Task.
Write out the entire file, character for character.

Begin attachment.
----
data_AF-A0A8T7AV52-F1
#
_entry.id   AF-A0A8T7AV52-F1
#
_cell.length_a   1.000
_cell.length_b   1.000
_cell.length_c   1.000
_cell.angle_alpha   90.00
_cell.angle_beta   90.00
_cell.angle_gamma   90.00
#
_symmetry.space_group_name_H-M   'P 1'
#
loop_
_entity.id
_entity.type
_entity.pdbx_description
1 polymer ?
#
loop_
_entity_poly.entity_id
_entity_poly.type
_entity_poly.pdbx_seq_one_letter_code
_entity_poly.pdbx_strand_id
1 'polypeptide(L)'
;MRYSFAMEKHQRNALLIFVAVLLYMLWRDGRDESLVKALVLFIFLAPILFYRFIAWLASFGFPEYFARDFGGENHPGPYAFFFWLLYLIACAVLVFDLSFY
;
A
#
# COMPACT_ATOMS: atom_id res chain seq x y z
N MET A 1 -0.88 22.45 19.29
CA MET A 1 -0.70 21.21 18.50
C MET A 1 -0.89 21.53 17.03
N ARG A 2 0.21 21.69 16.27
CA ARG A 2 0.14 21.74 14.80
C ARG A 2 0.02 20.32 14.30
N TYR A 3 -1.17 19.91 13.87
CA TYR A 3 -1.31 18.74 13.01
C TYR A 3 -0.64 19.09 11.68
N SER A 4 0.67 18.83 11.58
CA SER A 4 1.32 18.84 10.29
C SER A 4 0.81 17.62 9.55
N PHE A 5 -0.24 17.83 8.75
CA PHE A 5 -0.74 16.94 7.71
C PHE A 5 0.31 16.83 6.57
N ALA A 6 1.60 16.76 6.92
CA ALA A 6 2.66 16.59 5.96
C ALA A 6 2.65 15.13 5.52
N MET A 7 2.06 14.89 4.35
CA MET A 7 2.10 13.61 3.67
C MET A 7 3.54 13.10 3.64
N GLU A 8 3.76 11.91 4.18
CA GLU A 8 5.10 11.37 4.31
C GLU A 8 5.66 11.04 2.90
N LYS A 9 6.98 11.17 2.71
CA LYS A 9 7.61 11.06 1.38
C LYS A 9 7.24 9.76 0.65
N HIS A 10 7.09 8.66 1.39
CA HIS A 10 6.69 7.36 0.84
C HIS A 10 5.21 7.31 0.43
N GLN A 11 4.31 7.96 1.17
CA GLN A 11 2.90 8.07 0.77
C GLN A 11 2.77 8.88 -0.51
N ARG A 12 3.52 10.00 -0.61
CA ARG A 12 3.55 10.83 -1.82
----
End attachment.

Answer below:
data_AF-A0A8T7AV52-F1
#
_entry.id   AF-A0A8T7AV52-F1
#
_cell.length_a   1.000
_cell.length_b   1.000
_cell.length_c   1.000
_cell.angle_alpha   90.00
_cell.angle_beta   90.00
_cell.angle_gamma   90.00
#
_symmetry.space_group_name_H-M   'P 1'
#
loop_
_entity.id
_entity.type
_entity.pdbx_description
1 polymer ?
#
loop_
_entity_poly.entity_id
_entity_poly.type
_entity_poly.pdbx_seq_one_letter_code
_entity_poly.pdbx_strand_id
1 'polypeptide(L)'
;MRYSFAMEKHQRNALLIFVAVLLYMLWRDGRDESLVKALVLFIFLAPILFYRFIAWLASFGFPEYFARDFGGENHPGPYAFFFWLLYLIACAVLVFDLSFY
;
A
#
# COMPACT_ATOMS: atom_id res chain seq x y z
N MET A 1 -0.88 22.45 19.29
CA MET A 1 -0.70 21.21 18.50
C MET A 1 -0.89 21.53 17.03
N ARG A 2 0.21 21.69 16.27
CA ARG A 2 0.14 21.74 14.80
C ARG A 2 0.02 20.32 14.30
N TYR A 3 -1.17 19.91 13.87
CA TYR A 3 -1.31 18.74 13.01
C TYR A 3 -0.64 19.09 11.68
N SER A 4 0.67 18.83 11.58
CA SER A 4 1.32 18.84 10.29
C SER A 4 0.81 17.62 9.55
N PHE A 5 -0.24 17.83 8.75
CA PHE A 5 -0.74 16.94 7.71
C PHE A 5 0.31 16.83 6.57
N ALA A 6 1.60 16.76 6.92
CA ALA A 6 2.66 16.59 5.96
C ALA A 6 2.65 15.13 5.52
N MET A 7 2.06 14.89 4.35
CA MET A 7 2.10 13.61 3.67
C MET A 7 3.54 13.10 3.64
N GLU A 8 3.76 11.91 4.18
CA GLU A 8 5.10 11.37 4.31
C GLU A 8 5.66 11.04 2.90
N LYS A 9 6.98 11.17 2.71
CA LYS A 9 7.61 11.06 1.38
C LYS A 9 7.24 9.76 0.65
N HIS A 10 7.09 8.66 1.39
CA HIS A 10 6.69 7.36 0.84
C HIS A 10 5.21 7.31 0.43
N GLN A 11 4.31 7.96 1.17
CA GLN A 11 2.90 8.07 0.77
C GLN A 11 2.77 8.88 -0.51
N ARG A 12 3.52 10.00 -0.61
CA ARG A 12 3.55 10.83 -1.82